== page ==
Illinois’ Bottom Line: Pensions
If every state worker entitled to a pension retired today, Illinois would need to pay out a total of $130 billion in pension payments — money that the state says it doesn’t have.
Three weeks ahead of Election Day, Laurence Msall, president of the independent research organization Civic Federation, joined Morning Shift to explain the state’s pension crisis — and how the gubernatorial candidates plan to fix it.
What is a public pension and who gets one?
Laurence Msall: Almost all government employees in Illinois receive what is called a defined benefit pension. That means that they have a promise, after certain years of service, a percentage of their salary will be paid to them in retirement in perpetuity or until they no longer exist.
There’s hundreds of thousands of state employees in retirement, but it’s not just the state employees: it’s the city of Chicago employees, it’s the Cook County employees, the Chicago Park District employees, and all the teachers from around the state of Illinois.
What does it mean that Illinois has $130 billion in unfunded pension liabilities?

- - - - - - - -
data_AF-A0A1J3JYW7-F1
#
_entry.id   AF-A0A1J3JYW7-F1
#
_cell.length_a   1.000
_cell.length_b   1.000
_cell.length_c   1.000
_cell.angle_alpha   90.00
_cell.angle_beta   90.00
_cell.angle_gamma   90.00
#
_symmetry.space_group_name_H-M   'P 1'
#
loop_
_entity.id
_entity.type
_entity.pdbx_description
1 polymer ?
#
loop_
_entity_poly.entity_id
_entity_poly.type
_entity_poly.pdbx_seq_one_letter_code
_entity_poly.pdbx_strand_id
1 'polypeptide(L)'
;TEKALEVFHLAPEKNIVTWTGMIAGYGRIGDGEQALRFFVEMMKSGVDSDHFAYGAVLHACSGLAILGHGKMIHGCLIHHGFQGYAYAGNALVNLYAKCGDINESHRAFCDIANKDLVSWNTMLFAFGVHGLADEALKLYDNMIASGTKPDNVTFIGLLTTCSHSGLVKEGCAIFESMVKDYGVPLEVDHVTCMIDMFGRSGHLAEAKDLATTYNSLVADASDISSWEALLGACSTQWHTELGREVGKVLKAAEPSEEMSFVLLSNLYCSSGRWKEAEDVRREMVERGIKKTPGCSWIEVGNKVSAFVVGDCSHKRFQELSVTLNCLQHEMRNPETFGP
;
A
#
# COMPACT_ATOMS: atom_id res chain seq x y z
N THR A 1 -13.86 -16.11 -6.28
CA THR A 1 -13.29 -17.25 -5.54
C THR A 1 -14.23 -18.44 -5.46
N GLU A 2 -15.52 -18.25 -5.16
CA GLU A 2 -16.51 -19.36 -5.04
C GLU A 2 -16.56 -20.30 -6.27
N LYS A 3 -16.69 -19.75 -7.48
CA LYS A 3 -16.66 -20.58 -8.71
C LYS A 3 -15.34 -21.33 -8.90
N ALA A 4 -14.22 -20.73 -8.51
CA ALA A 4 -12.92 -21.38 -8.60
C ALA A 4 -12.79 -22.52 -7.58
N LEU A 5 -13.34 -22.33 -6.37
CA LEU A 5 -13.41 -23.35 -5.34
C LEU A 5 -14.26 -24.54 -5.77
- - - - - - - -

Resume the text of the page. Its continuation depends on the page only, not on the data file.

Msall: [If all state workers were to retire today,] that would be the obligation that the state of Illinois has — to make payments to them over when they retire — that it does not currently have assets to cover. It’s not likely and it’s really not realistic that all employees would retire at the same time, but it is a measurement of the liability.
What do the top candidates for governor say they’ll do?
Republican Gov. Bruce Rauner: a consideration model
Msall: The consideration model would allow the state to offer its employees or soon-to-be retirees a different benefit in exchange for a cash contribution. It is, in some ways, what the General Assembly and the governor approved this year — an experiment that says, “We’ll offer you 70 percent of the future value of your 3 percent compounded automatic increase in a lump sum, and in exchange, you’ll receive the same benefit, but not the same multiplier.” Instead of receiving the 3 percent compounded, you would receive a simple interest lesser benefit.
Democratic challenger JB Pritzker: a Tier 2 system and flattened amortization schedule
Msall: The Tier 2 system is: New employees who come into work for the state of Illinois or local governments — including police and fire — receive a less expensive pension benefit. They don’t receive the 3 percent compounded automatic increase. There is a limit on how much of their salary is going to be pensionable. So it is a much more financially reasonable benefit.
However, [this system] does not replace the obligation of the state for the existing employees who have the old benefit that is very expensive. And it doesn’t do anything to draw down the unfunded liability that has been accrued. Stretching out the repayment schedule is merely saying we’re going to take more time to honor that commitment.
This interview has been edited for brevity and clarity. Click the “play” button to listen to the entire interview, which was adapted for the web by Arionne Nettles.